21 January, 2021

The Last Trapeze Act

A child welfare foundation helps win freedom for Nepali children plucked from their homes and traded to soulless Indian circuses

Charles Haviland
The Last Trapeze Act
outlookindia.com
-0001-11-30T00:00:00+05:53
Palakkad, Kerala, April 14, 2004. The Great Indian Circus show is in full swing, but backstage there is commotion. Indra Dahal of the Nepal Child Welfare Foundation (NCWF) and three Indian colleagues from the South Asian Coalition on Child Servitude (SACCS) are here to 'raid' the circus. They want to rid it of its child labour. Dahal waits to talk to child artistes as they come off stage. "I went near the girls' tent. I told the children who I was, that they were safe and could come with me."

Accompanying the 'raiders' are three parents who have come from Makwanpur district in Nepal, an area notorious for child trafficking to India. One, Bishnu Maya, says, "I saw my son, Rajkumar. He is 18 and had been gone five years. Then I saw my 15-year-old daughter Laxmi. We all cried a lot." "The circus owner cried too," adds Laxmi, with a grim sense of humour. "It was the end of his business."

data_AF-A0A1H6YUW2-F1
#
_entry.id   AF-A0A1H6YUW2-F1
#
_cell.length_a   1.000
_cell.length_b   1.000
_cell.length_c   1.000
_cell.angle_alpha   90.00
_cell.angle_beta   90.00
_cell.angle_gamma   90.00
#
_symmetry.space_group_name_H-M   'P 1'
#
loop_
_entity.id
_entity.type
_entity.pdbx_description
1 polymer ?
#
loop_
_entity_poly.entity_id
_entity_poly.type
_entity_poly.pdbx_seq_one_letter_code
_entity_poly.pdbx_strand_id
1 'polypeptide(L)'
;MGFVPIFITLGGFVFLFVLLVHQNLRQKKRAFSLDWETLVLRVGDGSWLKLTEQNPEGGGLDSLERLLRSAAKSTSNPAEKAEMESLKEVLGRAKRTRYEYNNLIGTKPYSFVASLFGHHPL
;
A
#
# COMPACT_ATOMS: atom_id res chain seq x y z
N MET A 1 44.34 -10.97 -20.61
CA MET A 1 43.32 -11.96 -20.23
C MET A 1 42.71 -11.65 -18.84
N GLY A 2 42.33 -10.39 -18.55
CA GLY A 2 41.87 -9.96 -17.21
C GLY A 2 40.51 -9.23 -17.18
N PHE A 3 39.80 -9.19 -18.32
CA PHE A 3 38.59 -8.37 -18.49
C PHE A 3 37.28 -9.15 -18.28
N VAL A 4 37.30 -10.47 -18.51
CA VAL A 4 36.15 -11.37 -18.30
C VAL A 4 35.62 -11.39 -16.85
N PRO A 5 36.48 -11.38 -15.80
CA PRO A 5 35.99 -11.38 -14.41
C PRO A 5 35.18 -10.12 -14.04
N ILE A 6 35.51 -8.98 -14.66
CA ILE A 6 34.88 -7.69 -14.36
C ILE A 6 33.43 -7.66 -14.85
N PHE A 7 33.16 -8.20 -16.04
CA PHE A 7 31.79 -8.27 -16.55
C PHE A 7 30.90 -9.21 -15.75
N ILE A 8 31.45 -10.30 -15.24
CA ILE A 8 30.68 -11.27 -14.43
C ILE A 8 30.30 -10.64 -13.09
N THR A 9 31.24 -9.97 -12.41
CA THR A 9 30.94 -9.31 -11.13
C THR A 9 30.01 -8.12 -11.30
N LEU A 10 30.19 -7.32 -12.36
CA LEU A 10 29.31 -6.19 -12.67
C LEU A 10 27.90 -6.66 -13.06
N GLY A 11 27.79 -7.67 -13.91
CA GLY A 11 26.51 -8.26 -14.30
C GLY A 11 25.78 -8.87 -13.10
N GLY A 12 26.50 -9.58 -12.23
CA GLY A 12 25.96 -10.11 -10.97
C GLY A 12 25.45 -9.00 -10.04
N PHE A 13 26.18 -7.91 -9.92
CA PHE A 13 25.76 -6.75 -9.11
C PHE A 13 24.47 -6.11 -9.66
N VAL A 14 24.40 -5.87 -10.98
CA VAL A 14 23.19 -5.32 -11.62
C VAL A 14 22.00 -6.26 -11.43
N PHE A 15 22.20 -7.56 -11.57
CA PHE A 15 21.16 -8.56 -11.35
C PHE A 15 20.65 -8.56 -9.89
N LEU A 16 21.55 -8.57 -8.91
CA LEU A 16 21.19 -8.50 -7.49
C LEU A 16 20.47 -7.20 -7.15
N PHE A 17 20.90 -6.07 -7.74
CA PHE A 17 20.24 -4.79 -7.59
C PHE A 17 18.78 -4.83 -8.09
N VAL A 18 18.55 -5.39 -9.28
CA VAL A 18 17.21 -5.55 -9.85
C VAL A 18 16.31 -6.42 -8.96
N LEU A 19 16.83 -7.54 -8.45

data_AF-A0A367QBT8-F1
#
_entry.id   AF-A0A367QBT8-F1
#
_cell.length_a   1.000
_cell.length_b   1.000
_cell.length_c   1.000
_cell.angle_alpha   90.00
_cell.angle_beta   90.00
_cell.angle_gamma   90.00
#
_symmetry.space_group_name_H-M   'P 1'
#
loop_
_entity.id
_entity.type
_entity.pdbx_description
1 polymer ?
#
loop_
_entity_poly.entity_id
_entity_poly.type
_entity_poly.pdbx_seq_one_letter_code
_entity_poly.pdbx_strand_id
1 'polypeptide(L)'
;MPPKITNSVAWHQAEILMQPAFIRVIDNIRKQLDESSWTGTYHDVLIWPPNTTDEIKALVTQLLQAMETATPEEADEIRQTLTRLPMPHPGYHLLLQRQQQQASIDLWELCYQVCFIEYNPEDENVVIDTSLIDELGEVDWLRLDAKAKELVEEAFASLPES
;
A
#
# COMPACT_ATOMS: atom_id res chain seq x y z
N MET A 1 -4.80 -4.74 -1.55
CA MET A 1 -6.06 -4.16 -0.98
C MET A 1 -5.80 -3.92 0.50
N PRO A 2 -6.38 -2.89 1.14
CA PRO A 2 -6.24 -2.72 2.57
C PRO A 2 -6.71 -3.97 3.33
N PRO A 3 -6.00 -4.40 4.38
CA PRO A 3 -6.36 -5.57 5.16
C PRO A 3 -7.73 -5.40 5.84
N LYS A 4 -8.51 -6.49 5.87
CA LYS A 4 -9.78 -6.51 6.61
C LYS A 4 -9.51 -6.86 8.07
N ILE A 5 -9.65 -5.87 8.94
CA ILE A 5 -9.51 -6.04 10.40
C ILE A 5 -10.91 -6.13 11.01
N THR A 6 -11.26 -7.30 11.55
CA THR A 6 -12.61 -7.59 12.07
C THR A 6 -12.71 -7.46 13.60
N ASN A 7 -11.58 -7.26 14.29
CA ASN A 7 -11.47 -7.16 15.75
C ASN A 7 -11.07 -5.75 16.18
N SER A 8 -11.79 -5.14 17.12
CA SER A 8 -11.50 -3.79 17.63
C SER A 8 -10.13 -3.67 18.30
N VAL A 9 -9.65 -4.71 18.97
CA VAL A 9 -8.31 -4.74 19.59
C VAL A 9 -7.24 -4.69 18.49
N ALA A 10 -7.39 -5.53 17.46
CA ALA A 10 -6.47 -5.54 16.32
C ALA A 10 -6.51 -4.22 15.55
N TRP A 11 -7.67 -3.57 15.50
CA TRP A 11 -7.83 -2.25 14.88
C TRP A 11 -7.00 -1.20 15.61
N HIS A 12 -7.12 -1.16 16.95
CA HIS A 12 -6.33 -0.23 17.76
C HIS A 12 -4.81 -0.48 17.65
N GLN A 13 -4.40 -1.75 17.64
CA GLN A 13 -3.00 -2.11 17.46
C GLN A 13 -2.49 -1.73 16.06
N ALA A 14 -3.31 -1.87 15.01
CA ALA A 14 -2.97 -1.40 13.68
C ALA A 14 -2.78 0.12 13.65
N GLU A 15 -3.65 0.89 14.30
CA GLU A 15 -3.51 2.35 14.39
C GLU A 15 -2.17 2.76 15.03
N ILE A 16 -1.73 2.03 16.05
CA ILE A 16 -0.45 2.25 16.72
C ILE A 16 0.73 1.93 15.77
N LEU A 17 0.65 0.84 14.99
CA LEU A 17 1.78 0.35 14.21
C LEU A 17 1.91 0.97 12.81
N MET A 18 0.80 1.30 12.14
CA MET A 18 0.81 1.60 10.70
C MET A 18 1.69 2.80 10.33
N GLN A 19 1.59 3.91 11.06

For a 'raid', this one's scrupulously organised. The team has come with the local police, although, says Dahal, they came grudgingly. They were concerned about the circus owner and the...
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